Russian police raid homes of opponents of Vladimir Putin
RUSSIAN police searched the homes of prominent opponents of President Vladimir Putin on Monday in a clear warning he is losing patience with dissenters a day before a rally that could draw tens of thousands of people challenging his rule.
The searches, which police launched at the apartments of opposition leaders early in the morning, were a new sign Putin is shifting to more aggressive tactics to quash protests as he starts a six-year term.
Putin signed a law on Friday that increased fines for violations of public order at street demonstrations, ignoring warnings from his human rights council that it was unconstitutional. Putin's opponents said the law was an attempt to silence dissent.
Russia's main investigation agency said it planned to conduct about 10 searches in connection with a criminal probe into violence against police at a protest held in Moscow on the eve of Putin's inauguration on May 7.
Opposition leaders Alexei Navalny and Sergei Udaltsov were among those whose Moscow apartments were being searched, the Federal Investigative Committee said on its website. TV presenter Ksenia Sobchak and former Deputy Prime Minister Boris Nemtsov were also among those targeted, activists said.
"There's a search going on at my home," Navalny, an anti-corruption blogger and one of the organisers of protests sparked by allegations of fraud in a December parliamentary election won by Putin's party, said on Twitter.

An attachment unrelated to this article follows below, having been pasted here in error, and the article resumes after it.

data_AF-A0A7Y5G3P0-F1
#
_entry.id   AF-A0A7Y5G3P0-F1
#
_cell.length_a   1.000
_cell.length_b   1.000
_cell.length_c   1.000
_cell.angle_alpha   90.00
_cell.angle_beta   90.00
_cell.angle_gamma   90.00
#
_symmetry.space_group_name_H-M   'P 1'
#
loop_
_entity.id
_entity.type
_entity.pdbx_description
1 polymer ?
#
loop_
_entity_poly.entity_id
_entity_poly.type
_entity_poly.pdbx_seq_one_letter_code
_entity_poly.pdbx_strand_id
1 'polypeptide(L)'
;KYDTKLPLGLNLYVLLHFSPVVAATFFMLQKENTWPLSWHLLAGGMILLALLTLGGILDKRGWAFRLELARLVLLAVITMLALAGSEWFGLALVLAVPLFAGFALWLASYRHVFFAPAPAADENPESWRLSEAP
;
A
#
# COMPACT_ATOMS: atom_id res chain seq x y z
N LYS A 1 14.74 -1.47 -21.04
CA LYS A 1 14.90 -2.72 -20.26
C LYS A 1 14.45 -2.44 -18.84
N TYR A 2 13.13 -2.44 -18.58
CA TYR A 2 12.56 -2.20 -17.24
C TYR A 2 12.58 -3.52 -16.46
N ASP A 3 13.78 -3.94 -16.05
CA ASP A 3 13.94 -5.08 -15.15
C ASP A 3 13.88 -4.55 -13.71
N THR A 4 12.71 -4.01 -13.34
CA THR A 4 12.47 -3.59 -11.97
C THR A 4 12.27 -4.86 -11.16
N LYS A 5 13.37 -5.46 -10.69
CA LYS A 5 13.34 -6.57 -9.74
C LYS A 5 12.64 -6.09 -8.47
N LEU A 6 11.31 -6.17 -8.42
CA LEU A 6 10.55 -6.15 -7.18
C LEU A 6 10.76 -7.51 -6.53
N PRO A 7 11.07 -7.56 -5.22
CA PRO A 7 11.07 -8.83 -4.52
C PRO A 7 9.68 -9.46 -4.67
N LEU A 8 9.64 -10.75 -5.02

"They practically cut out the door," wrote Navalny, who later tweeted police had confiscated the electronics in his home "including discs with the children's photos".
Navalny's lawyer was barred from the flat for hours, Ekho Moskvy radio said. His spokeswoman was quoted as saying by Interfax news agency that there were armed police at an office he uses. No one was in the office at the time.
Other members of the opposition said the raids were a sign that Putin had given up on democracy.
"Putin has stopped even imitating democracy," Sergei Mitrokhin, a liberal opposition leader, said on Ekho Moskvy.
Dozens expressed anger over the move on the internet, which the opposition has used to organise the mass protests that have threatened Putin's authority, bypassing a compliant television media that is under tight state control.
"Vova is crazy," one Twitter user wrote, referring to Putin by using the common nickname for Vladimir, and others exchanged messages under the tag that translates as ' h ello1937' – a reference to the deadliest year of Soviet dictator Josef Stalin's repression.
Interfax news agency cited Investigative Committee spokesman Vladimir Markin as saying those whose homes were searched had been summoned to appear at the committee on Tuesday, potentially interfering with their plans for the protest.
Opposition leaders have permission for a march and rally in central Moscow, a test of their ability to maintain pressure on Putin through protests despite the new law increasing fines for protests at which to as much as 300,000 roubles (£6,000) for participants and 1 million roubles for organisers.
Putin won a six-year presidential term in March despite a wave of protests which drew tens of thousands of people to the streets, particularly middle-class city dwellers.
Opposition activists vowed to press ahead with plans for the protest. "These madly repressive measures are meant to frighten people," activist Sergei Davidis said on Ekho Moskvy, adding that the protest would go ahead as planned.